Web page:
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commented Feb 1, 2019

I see, so to rephrase what you said before: the public key (Ed25519) in the PeerID should only be used as a signing key
I agree

@t-bast

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commented Feb 1, 2019

That's exactly it. We'll need another mechanism to fetch the user's encryption key (in my small experiment users publish their encryption keys on the DHT and sign it with their peer key).

@Stebalien

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commented Feb 1, 2019

@t-bast

I agree. We'll have to enable this on a per-key (type) basis. We don't currently support encryption with these keys for precisely this reason.

@Stebalien

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commented Feb 1, 2019

@t-bast

If you ever do find a satisfactory solution, I'd love to hear about it.

@Zolmeister

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commented Feb 1, 2019

@t-bast @Stebalien
In-lining public-keys would allow for anonymous DHT lookups, via Tor's rend-spec-v3
That is, querying the DHT for PeerID -> metadata without disclosing PeerID or metadata (to parties without the originating PeerID).

This is not possible without in-lining.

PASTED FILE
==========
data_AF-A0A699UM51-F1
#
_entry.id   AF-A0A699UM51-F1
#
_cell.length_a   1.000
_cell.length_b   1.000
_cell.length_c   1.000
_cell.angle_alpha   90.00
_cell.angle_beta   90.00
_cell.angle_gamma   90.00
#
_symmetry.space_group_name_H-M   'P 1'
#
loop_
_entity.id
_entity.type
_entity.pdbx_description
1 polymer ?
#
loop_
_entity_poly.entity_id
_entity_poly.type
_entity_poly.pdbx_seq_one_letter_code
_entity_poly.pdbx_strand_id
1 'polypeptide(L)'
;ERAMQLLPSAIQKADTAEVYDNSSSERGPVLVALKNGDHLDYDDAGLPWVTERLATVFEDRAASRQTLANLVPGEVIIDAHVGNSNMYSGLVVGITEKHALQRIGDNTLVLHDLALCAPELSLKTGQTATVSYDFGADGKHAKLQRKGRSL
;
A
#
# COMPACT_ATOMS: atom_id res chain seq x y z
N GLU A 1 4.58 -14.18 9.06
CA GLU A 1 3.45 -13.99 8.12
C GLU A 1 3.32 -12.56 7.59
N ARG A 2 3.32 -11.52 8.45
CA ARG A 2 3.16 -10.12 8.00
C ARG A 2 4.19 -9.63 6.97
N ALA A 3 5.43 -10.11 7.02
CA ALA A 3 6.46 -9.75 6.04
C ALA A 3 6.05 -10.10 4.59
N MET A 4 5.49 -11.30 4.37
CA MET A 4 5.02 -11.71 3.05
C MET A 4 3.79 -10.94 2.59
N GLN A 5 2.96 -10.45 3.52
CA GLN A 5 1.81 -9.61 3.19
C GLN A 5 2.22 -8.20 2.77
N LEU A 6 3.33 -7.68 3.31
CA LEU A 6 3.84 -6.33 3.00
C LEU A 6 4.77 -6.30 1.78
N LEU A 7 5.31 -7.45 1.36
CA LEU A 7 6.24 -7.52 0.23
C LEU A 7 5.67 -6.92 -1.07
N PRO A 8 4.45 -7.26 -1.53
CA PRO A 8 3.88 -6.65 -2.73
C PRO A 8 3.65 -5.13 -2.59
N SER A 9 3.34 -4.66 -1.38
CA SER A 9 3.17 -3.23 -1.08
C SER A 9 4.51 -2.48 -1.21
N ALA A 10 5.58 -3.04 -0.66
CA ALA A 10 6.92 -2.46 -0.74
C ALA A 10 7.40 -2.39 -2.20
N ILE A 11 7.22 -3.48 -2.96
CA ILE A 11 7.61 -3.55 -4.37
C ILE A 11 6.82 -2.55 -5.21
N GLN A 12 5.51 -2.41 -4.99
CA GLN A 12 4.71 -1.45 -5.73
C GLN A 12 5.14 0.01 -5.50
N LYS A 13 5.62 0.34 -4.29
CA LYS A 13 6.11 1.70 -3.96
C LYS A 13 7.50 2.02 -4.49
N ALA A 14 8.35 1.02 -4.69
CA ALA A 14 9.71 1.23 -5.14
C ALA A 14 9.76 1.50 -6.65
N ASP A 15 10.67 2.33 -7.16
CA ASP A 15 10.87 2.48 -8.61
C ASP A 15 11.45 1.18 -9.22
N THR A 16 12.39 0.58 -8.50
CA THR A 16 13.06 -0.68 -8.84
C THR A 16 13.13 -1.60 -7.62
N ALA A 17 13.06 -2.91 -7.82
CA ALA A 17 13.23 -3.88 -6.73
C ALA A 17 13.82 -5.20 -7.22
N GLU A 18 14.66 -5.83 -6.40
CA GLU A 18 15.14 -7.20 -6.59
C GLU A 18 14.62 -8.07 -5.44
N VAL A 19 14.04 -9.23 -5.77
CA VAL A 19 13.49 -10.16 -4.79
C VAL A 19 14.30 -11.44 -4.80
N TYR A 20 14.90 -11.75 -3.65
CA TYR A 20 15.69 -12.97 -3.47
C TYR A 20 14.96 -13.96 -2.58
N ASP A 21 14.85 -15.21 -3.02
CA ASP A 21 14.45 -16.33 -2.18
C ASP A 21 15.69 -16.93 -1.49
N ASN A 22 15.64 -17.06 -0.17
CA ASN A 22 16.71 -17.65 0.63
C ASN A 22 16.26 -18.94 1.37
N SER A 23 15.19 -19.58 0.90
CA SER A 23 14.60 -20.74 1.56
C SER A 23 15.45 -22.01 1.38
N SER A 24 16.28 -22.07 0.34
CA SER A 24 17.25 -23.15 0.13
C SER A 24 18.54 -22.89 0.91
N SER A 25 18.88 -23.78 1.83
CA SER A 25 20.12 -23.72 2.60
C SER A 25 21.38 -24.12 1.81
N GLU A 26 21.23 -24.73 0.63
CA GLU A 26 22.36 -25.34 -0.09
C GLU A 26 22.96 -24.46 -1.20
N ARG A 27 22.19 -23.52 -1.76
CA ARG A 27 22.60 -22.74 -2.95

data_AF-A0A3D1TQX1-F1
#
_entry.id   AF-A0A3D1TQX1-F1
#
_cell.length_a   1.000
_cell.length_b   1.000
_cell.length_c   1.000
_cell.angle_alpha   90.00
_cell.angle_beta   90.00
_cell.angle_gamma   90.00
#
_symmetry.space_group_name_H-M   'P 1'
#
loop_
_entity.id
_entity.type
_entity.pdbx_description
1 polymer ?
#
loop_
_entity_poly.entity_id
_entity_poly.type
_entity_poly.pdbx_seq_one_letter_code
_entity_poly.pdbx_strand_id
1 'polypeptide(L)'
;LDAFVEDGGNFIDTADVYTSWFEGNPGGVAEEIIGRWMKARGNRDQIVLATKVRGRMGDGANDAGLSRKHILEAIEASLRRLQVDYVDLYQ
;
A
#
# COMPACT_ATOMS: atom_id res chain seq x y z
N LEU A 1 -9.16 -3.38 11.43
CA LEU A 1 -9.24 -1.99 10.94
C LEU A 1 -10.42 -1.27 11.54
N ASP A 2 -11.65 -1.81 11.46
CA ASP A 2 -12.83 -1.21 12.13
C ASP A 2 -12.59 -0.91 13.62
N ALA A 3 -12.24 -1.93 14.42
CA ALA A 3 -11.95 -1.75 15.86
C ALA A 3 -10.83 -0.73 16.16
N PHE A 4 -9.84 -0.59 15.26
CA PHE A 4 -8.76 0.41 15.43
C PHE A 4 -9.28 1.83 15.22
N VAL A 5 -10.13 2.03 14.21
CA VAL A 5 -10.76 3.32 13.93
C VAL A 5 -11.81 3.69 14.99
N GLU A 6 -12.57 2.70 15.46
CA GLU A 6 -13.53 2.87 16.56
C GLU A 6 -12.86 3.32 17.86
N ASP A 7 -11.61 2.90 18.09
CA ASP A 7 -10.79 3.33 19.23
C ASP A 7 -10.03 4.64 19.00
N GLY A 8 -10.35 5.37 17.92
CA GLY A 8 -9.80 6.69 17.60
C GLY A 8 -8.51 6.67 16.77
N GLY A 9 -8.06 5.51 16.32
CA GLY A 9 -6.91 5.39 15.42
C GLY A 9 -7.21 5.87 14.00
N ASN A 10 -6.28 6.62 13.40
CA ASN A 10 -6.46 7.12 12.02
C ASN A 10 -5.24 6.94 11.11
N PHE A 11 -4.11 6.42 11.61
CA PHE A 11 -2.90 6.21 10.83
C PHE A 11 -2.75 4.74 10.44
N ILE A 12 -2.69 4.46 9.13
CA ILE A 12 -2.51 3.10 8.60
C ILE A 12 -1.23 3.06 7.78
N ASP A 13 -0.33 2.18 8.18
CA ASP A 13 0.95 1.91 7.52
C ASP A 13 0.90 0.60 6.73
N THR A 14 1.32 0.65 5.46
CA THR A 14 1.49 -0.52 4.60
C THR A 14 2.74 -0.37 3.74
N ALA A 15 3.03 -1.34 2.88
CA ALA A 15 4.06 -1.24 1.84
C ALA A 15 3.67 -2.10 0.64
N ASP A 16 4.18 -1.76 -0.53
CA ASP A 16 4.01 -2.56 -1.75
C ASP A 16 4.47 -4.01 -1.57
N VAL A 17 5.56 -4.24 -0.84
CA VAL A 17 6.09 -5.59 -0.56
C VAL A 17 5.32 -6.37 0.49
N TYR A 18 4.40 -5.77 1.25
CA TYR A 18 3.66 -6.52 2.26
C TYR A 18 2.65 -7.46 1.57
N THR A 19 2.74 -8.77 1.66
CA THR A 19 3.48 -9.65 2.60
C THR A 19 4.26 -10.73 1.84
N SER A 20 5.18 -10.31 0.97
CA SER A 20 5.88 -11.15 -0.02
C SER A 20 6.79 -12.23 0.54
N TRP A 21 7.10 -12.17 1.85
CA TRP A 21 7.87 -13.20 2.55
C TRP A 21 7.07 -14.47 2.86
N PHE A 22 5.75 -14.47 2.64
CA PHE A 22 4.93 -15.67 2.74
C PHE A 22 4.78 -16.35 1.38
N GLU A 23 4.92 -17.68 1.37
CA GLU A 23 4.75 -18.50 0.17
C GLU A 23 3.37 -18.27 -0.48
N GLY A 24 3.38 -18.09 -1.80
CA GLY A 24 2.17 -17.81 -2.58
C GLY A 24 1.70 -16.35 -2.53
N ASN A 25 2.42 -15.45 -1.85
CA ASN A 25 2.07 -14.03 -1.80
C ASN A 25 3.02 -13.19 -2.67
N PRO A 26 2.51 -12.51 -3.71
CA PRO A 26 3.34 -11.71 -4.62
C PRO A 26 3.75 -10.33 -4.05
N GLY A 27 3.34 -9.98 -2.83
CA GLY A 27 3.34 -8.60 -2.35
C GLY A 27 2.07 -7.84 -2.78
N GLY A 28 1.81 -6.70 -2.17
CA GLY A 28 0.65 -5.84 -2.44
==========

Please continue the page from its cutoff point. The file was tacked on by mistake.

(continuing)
@Stebalien

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commented Feb 1, 2019

@Zolmeister

Thanks for pointing out that document! We've been discussing doing something like it in ipfs/notes#291 (comment). Note, that doesn't actually require (as far as I can tell) embedding the public key in the peer ID. Instead of deriving the encryption key from the public key, we'd derive it from the peer ID.

@Zolmeister

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commented Feb 1, 2019

The reason I believe in-lining is required is because Put(Hash(PeerID), (Encrypt(DeriveKey(PeerID), metadata)) cannot be authenticated without revealing PeerID.
This would allow for DOS (ipfs/notes#291 (comment)) on the DHT (without having to maintain a connection to the network for each PeerID).

With in-line keys this becomes Put(BlindKey, Encrypt(DeriveKey(PeerID, metadata))), where BlindKey ownership is proven with PeerID private key.

@t-bast

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commented Feb 2, 2019

Regarding encryption, I think there's no free lunch. If you want to have long-term encryption keys, you lose forward secrecy. That's the reason most protocols don't have long term encryption keys or rotate them regularly (tor's hidden services' master key used to derive the address is just a signing key, not an encryption key).